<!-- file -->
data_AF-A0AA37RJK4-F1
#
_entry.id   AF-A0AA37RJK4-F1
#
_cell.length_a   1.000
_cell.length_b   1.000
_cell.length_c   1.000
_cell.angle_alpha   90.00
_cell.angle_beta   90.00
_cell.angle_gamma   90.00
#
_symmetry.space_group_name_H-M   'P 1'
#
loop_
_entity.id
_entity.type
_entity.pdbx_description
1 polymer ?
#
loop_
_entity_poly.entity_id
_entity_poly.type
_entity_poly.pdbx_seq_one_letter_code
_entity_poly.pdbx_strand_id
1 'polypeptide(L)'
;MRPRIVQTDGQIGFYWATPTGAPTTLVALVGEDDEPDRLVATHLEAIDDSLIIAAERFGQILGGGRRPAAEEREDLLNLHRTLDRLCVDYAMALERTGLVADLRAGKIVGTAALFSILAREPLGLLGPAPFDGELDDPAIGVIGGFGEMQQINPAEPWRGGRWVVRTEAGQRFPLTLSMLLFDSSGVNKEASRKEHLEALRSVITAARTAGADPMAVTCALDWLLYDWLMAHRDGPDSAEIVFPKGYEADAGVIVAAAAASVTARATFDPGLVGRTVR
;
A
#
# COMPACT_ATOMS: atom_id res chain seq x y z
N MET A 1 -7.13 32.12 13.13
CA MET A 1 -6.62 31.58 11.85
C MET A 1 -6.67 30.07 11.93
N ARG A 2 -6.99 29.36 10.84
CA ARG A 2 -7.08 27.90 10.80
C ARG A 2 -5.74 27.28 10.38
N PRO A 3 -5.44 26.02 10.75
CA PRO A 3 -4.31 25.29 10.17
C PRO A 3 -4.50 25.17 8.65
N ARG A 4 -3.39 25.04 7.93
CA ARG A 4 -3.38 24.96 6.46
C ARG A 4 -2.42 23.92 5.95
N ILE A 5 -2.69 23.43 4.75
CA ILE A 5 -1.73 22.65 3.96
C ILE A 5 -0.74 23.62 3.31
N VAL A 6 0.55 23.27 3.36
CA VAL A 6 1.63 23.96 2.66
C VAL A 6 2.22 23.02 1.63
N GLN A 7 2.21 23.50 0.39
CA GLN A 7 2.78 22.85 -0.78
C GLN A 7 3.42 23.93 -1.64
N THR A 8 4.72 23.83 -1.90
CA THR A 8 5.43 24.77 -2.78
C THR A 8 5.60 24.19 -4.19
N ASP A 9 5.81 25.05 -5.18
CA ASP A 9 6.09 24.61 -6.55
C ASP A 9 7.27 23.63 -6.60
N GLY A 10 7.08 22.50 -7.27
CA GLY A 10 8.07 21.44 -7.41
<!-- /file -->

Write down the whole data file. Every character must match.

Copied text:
data_AF-A0AA37RJK4-F1
#
_entry.id   AF-A0AA37RJK4-F1
#
_cell.length_a   1.000
_cell.length_b   1.000
_cell.length_c   1.000
_cell.angle_alpha   90.00
_cell.angle_beta   90.00
_cell.angle_gamma   90.00
#
_symmetry.space_group_name_H-M   'P 1'
#
loop_
_entity.id
_entity.type
_entity.pdbx_description
1 polymer ?
#
loop_
_entity_poly.entity_id
_entity_poly.type
_entity_poly.pdbx_seq_one_letter_code
_entity_poly.pdbx_strand_id
1 'polypeptide(L)'
;MRPRIVQTDGQIGFYWATPTGAPTTLVALVGEDDEPDRLVATHLEAIDDSLIIAAERFGQILGGGRRPAAEEREDLLNLHRTLDRLCVDYAMALERTGLVADLRAGKIVGTAALFSILAREPLGLLGPAPFDGELDDPAIGVIGGFGEMQQINPAEPWRGGRWVVRTEAGQRFPLTLSMLLFDSSGVNKEASRKEHLEALRSVITAARTAGADPMAVTCALDWLLYDWLMAHRDGPDSAEIVFPKGYEADAGVIVAAAAASVTARATFDPGLVGRTVR
;
A
#
# COMPACT_ATOMS: atom_id res chain seq x y z
N MET A 1 -7.13 32.12 13.13
CA MET A 1 -6.62 31.58 11.85
C MET A 1 -6.67 30.07 11.93
N ARG A 2 -6.99 29.36 10.84
CA ARG A 2 -7.08 27.90 10.80
C ARG A 2 -5.74 27.28 10.38
N PRO A 3 -5.44 26.02 10.75
CA PRO A 3 -4.31 25.29 10.17
C PRO A 3 -4.50 25.17 8.65
N ARG A 4 -3.39 25.04 7.93
CA ARG A 4 -3.38 24.96 6.46
C ARG A 4 -2.42 23.92 5.95
N ILE A 5 -2.69 23.43 4.75
CA ILE A 5 -1.73 22.65 3.96
C ILE A 5 -0.74 23.62 3.31
N VAL A 6 0.55 23.27 3.36
CA VAL A 6 1.63 23.96 2.66
C VAL A 6 2.22 23.02 1.63
N GLN A 7 2.21 23.50 0.39
CA GLN A 7 2.78 22.85 -0.78
C GLN A 7 3.42 23.93 -1.64
N THR A 8 4.72 23.83 -1.90
CA THR A 8 5.43 24.77 -2.78
C THR A 8 5.60 24.19 -4.19
N ASP A 9 5.81 25.05 -5.18
CA ASP A 9 6.09 24.61 -6.55
C ASP A 9 7.27 23.63 -6.60
N GLY A 10 7.08 22.50 -7.27
CA GLY A 10 8.07 21.44 -7.41